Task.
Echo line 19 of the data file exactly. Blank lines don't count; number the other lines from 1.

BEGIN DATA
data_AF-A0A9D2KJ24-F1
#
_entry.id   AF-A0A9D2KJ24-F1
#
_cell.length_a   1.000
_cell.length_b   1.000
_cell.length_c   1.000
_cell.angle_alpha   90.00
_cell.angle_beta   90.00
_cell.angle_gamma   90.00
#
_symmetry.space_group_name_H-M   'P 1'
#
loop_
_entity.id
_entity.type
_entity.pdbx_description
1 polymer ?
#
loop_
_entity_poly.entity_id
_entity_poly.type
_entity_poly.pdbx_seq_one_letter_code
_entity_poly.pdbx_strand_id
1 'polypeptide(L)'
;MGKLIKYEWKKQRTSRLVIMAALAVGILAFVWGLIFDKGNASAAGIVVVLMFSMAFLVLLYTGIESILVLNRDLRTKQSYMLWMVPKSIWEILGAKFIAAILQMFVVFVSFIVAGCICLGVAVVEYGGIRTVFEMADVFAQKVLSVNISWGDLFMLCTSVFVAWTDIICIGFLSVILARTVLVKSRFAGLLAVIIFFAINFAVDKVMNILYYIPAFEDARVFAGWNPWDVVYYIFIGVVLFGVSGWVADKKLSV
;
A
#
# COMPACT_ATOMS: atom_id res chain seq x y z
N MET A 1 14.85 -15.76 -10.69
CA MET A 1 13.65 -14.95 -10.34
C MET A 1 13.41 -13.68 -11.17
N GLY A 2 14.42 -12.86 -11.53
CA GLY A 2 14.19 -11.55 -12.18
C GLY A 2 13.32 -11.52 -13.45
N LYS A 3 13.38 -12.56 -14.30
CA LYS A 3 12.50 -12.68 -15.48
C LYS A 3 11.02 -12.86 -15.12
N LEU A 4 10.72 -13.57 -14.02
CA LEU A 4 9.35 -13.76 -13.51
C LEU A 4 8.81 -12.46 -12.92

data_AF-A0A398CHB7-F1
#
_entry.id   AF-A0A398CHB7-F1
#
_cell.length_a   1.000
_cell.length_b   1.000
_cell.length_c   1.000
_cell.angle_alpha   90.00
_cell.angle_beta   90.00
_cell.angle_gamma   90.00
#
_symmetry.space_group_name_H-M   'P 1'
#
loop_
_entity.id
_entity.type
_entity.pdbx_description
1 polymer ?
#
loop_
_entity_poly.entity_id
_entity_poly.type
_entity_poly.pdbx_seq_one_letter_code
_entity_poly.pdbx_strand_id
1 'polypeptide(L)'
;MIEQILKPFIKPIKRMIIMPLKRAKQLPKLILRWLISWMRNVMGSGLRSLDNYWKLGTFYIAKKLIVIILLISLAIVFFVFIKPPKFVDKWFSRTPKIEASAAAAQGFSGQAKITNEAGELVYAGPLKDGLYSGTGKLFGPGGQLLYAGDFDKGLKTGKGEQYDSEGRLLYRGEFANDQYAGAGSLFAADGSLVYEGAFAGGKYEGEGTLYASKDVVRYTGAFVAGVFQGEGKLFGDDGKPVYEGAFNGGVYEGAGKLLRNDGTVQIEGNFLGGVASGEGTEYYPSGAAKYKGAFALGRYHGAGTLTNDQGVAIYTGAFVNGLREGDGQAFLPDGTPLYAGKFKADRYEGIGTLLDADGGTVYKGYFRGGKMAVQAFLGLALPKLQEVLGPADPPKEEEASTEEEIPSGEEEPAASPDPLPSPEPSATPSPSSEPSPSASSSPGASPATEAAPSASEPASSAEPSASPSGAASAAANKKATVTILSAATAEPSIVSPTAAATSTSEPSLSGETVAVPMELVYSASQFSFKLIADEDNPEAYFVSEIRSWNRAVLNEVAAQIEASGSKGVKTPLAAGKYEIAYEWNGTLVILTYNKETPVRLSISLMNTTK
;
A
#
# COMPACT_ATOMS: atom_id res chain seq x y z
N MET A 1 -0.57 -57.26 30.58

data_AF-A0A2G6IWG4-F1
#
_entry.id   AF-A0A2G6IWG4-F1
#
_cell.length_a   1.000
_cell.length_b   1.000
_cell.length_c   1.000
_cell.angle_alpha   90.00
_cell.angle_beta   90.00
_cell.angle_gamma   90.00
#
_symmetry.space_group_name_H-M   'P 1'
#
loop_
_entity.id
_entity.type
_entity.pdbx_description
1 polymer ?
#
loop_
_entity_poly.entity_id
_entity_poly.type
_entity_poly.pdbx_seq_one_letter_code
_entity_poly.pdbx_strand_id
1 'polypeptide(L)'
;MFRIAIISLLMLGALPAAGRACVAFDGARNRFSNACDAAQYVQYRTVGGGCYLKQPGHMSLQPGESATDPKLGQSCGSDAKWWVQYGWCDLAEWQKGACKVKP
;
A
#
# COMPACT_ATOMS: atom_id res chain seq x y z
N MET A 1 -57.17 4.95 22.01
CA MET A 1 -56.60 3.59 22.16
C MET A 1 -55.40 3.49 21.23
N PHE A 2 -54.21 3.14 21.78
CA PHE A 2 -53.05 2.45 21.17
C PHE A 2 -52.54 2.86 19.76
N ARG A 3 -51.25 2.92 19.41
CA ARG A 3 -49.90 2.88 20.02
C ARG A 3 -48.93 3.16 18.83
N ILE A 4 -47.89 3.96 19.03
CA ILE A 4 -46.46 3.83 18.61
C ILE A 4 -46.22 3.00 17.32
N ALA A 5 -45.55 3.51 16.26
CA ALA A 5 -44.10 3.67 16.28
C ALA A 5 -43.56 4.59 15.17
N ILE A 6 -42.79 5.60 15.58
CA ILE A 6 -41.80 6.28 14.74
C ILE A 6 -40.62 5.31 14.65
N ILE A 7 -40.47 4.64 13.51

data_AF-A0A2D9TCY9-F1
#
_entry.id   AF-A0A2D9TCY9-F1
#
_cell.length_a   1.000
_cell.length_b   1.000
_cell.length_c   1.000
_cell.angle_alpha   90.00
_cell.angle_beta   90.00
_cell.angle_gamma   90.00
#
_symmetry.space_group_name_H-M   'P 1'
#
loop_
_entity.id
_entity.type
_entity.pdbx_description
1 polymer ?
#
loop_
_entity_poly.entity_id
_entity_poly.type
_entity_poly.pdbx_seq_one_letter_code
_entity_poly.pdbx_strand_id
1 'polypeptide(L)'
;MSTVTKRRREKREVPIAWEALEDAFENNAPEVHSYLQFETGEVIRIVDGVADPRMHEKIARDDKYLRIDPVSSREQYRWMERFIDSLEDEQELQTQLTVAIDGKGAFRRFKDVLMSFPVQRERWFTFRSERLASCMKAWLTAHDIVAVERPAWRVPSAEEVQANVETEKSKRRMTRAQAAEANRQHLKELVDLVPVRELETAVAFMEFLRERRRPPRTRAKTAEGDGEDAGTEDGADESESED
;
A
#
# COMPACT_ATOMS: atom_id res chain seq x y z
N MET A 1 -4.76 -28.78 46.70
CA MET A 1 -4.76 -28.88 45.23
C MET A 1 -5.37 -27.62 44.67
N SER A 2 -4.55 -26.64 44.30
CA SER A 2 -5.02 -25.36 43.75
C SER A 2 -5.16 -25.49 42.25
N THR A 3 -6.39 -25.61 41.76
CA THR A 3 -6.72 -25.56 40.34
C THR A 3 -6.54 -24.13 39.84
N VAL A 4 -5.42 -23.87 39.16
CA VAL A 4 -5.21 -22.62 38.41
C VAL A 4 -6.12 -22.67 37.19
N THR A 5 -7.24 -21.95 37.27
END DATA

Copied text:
#